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These are the Best Places to Live if You’re a Veteran

Job Fair Held For Veterans At New York's Lexington Avenue ArmoryJob Fair Held For Veterans At New York's Lexington Avenue Armory
A veteran speaks to a job recruiter at a 'Hiring our Heroes' Job Fair on March 27, 2014 in New York City. Photograph by Andrew Burton — Getty Images

The challenges facing military veterans as they reenter civilian life has been well documented, drawing additional attention to mental health issues such as the prevalence of post-traumatic stress disorder and the inadequate resources of the Department of Veterans’ Affairs.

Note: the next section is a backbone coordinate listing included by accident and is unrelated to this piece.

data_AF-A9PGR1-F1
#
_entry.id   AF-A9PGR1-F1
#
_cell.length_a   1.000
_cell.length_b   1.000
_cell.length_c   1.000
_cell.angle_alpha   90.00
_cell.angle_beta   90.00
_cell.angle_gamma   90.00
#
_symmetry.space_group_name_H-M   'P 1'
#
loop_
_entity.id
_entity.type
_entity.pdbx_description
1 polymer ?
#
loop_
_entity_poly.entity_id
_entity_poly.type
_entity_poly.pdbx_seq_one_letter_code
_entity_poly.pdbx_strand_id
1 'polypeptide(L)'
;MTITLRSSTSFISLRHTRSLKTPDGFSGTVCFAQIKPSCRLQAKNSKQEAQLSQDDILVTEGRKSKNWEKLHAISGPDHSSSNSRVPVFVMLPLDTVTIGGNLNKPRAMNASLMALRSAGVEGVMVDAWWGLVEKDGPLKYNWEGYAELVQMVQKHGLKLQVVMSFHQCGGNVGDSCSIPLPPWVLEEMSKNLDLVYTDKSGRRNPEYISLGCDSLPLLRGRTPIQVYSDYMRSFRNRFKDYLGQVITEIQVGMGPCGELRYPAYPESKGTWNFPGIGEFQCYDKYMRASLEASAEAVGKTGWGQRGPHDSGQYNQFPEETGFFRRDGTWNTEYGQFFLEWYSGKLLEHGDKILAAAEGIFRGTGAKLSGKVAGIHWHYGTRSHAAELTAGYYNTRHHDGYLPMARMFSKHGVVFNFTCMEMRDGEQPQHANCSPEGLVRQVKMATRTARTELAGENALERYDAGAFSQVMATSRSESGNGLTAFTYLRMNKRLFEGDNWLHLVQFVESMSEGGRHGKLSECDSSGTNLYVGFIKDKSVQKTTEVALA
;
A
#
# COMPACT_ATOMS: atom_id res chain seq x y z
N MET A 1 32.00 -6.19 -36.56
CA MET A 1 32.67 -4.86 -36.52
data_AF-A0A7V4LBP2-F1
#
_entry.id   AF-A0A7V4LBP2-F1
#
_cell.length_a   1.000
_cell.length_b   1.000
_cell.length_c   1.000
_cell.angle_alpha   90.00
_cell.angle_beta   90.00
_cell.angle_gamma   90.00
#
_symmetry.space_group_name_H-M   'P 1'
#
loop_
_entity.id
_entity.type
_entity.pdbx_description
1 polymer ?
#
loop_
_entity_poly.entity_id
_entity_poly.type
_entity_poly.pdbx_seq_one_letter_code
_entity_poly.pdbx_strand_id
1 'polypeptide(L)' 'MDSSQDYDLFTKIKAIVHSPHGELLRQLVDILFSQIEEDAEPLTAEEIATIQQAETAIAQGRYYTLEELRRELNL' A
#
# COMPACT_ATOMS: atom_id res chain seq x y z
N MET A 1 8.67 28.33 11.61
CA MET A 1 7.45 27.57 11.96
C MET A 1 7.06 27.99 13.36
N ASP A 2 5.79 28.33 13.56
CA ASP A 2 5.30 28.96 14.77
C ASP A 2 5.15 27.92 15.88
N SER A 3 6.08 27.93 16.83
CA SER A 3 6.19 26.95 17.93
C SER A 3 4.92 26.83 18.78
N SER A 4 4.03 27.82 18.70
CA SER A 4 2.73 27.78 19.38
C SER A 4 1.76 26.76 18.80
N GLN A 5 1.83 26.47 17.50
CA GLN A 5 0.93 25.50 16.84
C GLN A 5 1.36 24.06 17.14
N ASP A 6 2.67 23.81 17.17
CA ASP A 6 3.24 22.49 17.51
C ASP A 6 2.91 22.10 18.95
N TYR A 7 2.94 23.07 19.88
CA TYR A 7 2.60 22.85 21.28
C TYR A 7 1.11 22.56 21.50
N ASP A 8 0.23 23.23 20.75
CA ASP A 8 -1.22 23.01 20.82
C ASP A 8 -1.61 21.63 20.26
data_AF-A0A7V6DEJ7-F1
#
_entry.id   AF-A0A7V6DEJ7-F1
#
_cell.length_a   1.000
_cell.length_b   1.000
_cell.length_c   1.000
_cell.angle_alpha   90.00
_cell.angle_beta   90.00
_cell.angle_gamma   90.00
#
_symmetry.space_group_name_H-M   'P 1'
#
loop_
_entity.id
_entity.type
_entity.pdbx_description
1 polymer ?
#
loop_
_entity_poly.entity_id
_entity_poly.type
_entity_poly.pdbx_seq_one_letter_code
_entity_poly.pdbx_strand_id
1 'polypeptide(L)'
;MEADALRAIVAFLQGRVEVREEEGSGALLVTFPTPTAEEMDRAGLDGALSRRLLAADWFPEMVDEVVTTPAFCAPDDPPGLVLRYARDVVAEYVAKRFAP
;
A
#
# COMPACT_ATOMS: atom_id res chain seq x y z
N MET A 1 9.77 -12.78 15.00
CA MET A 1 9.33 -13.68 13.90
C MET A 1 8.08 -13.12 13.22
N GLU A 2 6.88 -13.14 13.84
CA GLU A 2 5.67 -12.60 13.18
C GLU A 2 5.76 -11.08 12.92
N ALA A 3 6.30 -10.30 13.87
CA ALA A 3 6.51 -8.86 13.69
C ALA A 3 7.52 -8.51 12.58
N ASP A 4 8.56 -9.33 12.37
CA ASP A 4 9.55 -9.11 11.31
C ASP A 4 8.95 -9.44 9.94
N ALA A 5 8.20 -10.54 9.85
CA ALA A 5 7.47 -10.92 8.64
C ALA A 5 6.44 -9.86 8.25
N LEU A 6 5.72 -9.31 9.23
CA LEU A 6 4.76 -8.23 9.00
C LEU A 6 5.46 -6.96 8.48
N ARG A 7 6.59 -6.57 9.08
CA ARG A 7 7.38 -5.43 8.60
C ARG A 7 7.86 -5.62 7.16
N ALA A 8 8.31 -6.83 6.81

On Monday, personal finance site WalletHub released a report ranking the U.S. cities where veterans may find it easier to reacclimate. The site narrowed down its list by considering only the 100 most-populated cities in the U.S. and then scored them based on characteristics relevant to veterans, such as percentage of military skill-related jobs, veteran unemployment rate, veteran population, and number of VA-benefits administration facilities.

Irvine, Calif., a city of 240,000 that’s 40 miles south of Los Angeles came out on top, thanks in part to its high veteran income growth and its low percentage of veterans living below the poverty line. At the bottom of the list, was Detroit, with one of the highest percentages of veterans living below the poverty line.

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Courtesy of WalletHub